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I have now spent about 15 minutes trying to post a blog here. At first, I could do the writing no problem, but I couldn’t make a list work, so I went to my word processor to do that. Then I came back here to publish the post. I have spent, as I said, 10-15 minutes trying to do something which should have been fairly simple.

WordPress just isn’t worth the effort these days.

I’ll have to get the website up and going. I just don’t have the time to F around with WordPress every time I want to do something.

I have very little money and time these days. Money can be made. Time can’t. And WordPress, although free, wastes quite a bit of my time.

So, expect the next post or so to be an announcement of my moving the blog off WordPress.

I just spent a week or so deleting the “drafts” from the blog about cleaning here. ( . I’m going to do the same here.

bulk buying · Cookbook Reviews · domestic economy · Food · Food Budget · Food Budget · food frugality · frugality · groceries · learning · old fashioned housewifery · pantry · Planning · projects · publication · recommendations · Retirement Frugality · retirement planning

Hard Times Cooking: A Recommended Book

The book is: Good Recipes for Hard Times by Louise Newton, Houghton Mifflin, 1975, 0395-20721-5.

I own shelves of old cookbooks, not surprisingly. I still look at new ones and buy them, right? But this book, along with a few others are my “backbone” books. If I didn’t have this book for any other reason, I would have it for the first paragraph:

“When times are really hard, it is all the more important to have your meals something everybody will look forward to. Three nice things happening every day will cheer up the grimmest of circumstances. I learned this for myself during exams when I was at school, where fortunately we had very good food. That this can be done with almost no money is apparent when you consider the delicious food eaten by the poorest people in areas that have a tradition of good cooking.”

Another reason I really like this book is that she walks you though designing an absolute, emergency, rock bottom budget, with nothing in the pantry. Most people just tell you beans and rice are cheap and give you a recipe. She talks about where to look for the nutrient info (although she uses a book and you’d probably use a website these days) and how to figure out what you might buy as a minimum.

She says, “…keeping in mind the price of various items, you would find that the best buy for your money is flour, considering both protein content and calories you get from it (energy). But wheat is an incomplete protein. Beans and cornmeal added to the flour will complete the proteins. Add milk and eggs as well. (She’s already discussed the fact that proteins are usually the most expensive part of a diet.)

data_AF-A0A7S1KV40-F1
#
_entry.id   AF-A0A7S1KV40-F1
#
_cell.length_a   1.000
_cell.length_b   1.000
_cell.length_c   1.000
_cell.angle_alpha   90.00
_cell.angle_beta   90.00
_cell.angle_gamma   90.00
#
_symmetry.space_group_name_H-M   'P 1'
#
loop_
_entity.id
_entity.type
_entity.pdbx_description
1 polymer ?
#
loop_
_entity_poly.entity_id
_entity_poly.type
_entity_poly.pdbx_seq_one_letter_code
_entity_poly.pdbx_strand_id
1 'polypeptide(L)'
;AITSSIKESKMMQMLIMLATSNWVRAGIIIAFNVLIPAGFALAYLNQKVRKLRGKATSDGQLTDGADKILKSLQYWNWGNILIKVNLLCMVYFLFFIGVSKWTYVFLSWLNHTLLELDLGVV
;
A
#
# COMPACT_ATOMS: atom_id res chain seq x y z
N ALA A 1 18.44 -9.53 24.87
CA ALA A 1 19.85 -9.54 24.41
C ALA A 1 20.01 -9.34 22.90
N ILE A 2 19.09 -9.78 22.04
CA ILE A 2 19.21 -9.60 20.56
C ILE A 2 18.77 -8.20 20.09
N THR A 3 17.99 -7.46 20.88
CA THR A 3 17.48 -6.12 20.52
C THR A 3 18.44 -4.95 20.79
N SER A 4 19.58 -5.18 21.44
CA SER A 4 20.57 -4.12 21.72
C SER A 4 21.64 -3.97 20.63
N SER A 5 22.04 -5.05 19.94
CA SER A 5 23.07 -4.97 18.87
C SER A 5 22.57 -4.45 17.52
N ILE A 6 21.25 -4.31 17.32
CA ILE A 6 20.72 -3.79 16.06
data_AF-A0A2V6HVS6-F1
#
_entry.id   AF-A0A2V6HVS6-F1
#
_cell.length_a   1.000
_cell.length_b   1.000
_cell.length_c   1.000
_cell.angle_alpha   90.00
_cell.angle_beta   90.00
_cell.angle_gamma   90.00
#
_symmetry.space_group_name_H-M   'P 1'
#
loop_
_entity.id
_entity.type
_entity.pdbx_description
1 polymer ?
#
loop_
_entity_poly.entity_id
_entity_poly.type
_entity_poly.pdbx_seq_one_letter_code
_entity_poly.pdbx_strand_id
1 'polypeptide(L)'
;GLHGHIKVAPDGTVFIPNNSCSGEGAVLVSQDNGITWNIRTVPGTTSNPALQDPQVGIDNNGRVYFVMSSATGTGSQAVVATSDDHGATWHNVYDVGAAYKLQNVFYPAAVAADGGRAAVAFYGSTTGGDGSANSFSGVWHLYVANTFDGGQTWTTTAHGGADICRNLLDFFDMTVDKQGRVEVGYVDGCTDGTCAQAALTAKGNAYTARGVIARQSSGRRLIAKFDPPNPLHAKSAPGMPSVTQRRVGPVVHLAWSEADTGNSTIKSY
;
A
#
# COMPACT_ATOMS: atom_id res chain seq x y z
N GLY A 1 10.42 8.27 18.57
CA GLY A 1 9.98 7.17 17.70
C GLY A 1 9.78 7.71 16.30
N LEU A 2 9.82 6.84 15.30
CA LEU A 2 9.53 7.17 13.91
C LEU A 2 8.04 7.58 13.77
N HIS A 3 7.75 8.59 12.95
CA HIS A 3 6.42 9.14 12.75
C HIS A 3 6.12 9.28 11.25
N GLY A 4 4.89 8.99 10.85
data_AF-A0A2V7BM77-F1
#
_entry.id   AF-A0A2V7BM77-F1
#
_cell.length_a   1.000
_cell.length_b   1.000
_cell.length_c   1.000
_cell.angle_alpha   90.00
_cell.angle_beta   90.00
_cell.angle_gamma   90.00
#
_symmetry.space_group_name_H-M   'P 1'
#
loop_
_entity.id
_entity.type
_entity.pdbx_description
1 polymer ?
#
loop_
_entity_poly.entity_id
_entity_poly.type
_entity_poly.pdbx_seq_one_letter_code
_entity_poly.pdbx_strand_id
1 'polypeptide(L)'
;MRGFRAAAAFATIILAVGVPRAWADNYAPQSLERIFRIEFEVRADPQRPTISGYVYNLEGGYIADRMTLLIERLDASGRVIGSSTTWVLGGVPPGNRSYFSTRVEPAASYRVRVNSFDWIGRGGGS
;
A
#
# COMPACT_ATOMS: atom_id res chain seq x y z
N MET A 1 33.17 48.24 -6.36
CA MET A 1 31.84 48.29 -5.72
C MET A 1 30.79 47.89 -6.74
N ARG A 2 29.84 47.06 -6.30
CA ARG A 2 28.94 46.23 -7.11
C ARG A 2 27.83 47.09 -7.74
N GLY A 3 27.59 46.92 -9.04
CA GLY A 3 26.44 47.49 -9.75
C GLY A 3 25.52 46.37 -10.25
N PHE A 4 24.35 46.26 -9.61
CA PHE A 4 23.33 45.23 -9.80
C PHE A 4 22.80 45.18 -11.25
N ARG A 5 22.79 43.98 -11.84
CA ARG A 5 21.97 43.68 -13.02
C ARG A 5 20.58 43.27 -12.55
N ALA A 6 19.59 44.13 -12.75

Her emergency budget shopping, for a family of 4, with nothing in the pantry is:

20 lb flour, 2 dozen eggs, 10 lb cornmeal, 6 lb of rice, 6 lb beans, 7 lbs margarine, dried milk (to make 12 qt), 28 oz can baking powder, 1 lb coffee, 1 lb can of mackerel, 3 lbs onions, 1 lg pkg garlic heads, 1 lb carrots, 1 10 oz pkg spinach, 1 dozen oranges, 1 box salt, 1 can curry powder.

From this she makes 2 meals a day for 4 people.

I was talking about my back pantry being low a while back. It seems to me that having the goods above, in about 1/2 the quantity might be a good way to start restocking my pantry?

For us that would mean 10 lbs flour, 1 dozen eggs, 5 lb cornmeal, 3 lbs rice, 3 lbs beans, 3.5 lbs margarine, dried milk (to make 6 qt, 14 oz baking powder, 1/2 lb coffee, 1/2 lb can mackerel, 1/2 pkg garlic, 1/2 lb carrots, 5 oz pkg spinach, 6 oranges, 1/2 box salt, 1/2 can curry powder.

The flour, cornmeal, rice, beans, dried milk, baking powder, and salt are shelf stable, so that’s easy.

The margarine? I’d rather have butter, but 3.5 lbs is a lot and it is NOT shelf stable, unless you buy canned. DH doesn’t much like fish, so I’d substitute canned chicken. That leaves garlic, carrots, and spinach…

When I can, I’ll scan the cover and add it here.